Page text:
The Right to Refuse and the Obligation to Comply: Challenging the Gamesmanship Model of Criminal Procedure
56 Pages Posted: 23 Aug 2006
Date Written: August 2006
The article aggressively critiques the gamesmanship model of criminal procedure. The model defines rules that place the impetus of protecting rights on defendants, applies those rules so that the loss of rights is understood as the product of defendant-centered decisions rather than police conduct, and concludes that, because the result is the product of the defendant's own choices, the outcome is adequately protective of individual rights.
The article uses as its context the consensual encounter, defined as an interaction between police and an individual in which a reasonable person would feel free to decline the officer's request or terminate the encounter. The courts, by defining the encounter in terms of citizen rather than officer behavior, by applying the standard to deem most encounters consensual, and by blaming the defendant's conduct for the ultimate loss of rights, fully subscribe to the gamesmanship model. The article contrasts this right to refuse jurisprudence, with its focus on the right of individuals to decline police interactions, with statutes and caselaw that suggest an affirmative obligation to comply with police direction.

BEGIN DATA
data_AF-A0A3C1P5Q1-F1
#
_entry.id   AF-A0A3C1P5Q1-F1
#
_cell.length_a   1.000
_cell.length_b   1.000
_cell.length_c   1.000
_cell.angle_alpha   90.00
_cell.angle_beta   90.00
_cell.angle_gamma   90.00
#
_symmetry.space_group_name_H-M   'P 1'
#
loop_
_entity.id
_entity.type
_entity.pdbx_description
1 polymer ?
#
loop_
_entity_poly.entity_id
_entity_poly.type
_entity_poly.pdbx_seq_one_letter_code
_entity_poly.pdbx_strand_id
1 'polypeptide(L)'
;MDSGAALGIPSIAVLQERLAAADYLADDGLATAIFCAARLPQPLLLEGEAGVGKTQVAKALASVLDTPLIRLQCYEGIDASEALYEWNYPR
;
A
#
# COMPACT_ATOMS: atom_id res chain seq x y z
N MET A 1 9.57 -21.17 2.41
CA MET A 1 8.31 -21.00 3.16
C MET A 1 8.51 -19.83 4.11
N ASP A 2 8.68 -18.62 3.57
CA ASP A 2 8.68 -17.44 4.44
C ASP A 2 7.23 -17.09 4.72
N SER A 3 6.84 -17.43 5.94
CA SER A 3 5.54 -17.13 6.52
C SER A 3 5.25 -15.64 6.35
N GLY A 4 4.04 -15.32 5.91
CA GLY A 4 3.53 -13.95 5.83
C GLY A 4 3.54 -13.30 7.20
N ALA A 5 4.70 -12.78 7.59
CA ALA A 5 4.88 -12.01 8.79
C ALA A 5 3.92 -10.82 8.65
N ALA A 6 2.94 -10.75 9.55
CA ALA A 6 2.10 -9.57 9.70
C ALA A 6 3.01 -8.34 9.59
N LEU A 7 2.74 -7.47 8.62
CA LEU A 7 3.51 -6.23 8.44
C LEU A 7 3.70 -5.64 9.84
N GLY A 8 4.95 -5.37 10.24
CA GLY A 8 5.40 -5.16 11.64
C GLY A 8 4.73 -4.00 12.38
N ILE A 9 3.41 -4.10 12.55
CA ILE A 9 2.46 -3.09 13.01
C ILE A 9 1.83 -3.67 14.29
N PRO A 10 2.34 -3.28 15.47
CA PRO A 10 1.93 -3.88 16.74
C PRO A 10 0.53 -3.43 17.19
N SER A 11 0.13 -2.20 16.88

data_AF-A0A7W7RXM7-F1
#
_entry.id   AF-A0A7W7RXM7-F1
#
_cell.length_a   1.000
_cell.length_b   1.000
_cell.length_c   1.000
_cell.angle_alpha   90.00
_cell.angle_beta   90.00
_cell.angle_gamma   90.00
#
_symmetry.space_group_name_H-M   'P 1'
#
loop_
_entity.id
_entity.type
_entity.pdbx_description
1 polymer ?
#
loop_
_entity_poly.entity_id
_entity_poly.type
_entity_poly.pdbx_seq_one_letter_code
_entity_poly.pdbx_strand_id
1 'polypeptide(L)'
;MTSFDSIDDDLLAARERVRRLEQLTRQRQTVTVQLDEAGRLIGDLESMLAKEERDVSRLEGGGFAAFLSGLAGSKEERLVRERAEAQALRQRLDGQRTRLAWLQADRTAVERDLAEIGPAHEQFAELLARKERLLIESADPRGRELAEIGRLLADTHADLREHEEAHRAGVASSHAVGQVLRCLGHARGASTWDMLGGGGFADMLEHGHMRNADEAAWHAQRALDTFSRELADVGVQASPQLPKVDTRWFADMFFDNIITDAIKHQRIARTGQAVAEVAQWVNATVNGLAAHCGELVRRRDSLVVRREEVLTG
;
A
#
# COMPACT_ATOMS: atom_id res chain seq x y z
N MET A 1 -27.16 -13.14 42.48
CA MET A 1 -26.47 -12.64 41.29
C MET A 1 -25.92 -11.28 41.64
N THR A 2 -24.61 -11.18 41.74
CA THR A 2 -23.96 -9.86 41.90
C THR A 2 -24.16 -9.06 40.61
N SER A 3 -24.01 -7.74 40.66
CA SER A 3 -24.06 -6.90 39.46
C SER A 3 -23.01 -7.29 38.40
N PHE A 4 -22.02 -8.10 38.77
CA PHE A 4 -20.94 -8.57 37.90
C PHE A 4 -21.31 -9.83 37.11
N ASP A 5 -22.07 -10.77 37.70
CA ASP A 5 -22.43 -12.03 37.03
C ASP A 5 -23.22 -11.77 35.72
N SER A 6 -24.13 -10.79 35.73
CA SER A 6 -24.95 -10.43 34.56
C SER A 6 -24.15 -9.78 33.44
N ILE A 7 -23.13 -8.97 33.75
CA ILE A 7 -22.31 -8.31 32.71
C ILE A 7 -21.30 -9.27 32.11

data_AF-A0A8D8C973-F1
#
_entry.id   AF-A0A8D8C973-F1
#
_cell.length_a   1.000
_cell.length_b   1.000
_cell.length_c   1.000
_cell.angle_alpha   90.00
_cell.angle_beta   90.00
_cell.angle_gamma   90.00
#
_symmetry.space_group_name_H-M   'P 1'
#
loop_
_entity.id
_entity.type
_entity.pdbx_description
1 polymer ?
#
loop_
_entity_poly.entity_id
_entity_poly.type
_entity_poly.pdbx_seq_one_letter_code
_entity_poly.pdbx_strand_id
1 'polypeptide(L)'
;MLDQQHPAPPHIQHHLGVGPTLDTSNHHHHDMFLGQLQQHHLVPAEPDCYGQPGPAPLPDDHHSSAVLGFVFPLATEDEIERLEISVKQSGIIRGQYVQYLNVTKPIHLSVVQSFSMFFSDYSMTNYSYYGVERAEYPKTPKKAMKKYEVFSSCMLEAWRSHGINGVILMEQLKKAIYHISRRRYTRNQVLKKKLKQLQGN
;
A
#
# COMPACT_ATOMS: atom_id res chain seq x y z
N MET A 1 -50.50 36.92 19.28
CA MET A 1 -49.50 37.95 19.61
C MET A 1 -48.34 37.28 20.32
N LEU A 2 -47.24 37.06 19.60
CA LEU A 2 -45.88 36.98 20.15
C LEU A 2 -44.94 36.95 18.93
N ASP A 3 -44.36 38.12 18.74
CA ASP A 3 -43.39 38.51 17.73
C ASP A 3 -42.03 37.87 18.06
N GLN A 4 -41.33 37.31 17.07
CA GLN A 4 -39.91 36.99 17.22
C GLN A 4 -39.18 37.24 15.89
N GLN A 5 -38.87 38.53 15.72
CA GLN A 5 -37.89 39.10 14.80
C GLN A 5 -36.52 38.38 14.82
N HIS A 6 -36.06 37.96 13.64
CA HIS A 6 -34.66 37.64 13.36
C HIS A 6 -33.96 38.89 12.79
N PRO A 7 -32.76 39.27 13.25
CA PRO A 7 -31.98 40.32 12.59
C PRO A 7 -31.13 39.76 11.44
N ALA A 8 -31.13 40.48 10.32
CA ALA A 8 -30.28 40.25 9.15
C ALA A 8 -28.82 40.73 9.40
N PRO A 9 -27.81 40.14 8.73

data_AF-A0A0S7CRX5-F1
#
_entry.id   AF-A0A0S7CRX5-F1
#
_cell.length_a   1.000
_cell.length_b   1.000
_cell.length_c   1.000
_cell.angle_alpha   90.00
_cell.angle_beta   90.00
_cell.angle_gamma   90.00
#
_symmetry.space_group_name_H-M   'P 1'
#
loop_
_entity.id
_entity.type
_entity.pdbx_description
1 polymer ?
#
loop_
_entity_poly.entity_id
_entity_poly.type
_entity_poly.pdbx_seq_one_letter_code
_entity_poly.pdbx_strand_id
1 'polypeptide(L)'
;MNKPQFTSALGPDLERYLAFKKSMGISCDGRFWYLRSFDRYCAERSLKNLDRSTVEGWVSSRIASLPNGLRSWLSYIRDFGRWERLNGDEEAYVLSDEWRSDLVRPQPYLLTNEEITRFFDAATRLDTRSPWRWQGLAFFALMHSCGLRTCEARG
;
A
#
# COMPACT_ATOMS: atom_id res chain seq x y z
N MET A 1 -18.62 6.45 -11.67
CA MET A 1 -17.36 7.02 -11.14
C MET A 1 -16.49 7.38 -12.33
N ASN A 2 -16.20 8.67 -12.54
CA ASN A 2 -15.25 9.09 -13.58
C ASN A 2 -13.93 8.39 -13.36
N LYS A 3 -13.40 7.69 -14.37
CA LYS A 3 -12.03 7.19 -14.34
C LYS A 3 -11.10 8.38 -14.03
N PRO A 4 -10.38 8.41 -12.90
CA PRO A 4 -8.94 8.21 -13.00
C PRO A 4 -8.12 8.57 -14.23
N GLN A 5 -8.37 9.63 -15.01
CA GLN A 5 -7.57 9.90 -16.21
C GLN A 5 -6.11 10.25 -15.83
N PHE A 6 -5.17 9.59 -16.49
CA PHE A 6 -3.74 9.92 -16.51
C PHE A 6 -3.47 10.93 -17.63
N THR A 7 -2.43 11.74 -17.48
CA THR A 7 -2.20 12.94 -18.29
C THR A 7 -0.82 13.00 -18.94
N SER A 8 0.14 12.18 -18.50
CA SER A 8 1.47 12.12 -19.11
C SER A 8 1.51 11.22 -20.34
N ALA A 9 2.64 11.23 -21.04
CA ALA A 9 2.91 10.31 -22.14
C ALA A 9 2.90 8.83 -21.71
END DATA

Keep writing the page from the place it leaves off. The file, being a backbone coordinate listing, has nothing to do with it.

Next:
Ultimately the gamesmanship model has the damaging result of advocating noncooperation with law enforcement as preferred behavior. Creating a model that privileges the refusal to cooperate with police runs the risk of replacing societal norms of cooperation and submission with more dangerous and socially undesirable norms. The article concludes that a standard based on police wrongdoing rather than citizen failure would better accomplish judicial oversight of police conduct in the street encounter.
Keywords: gamesmanship model
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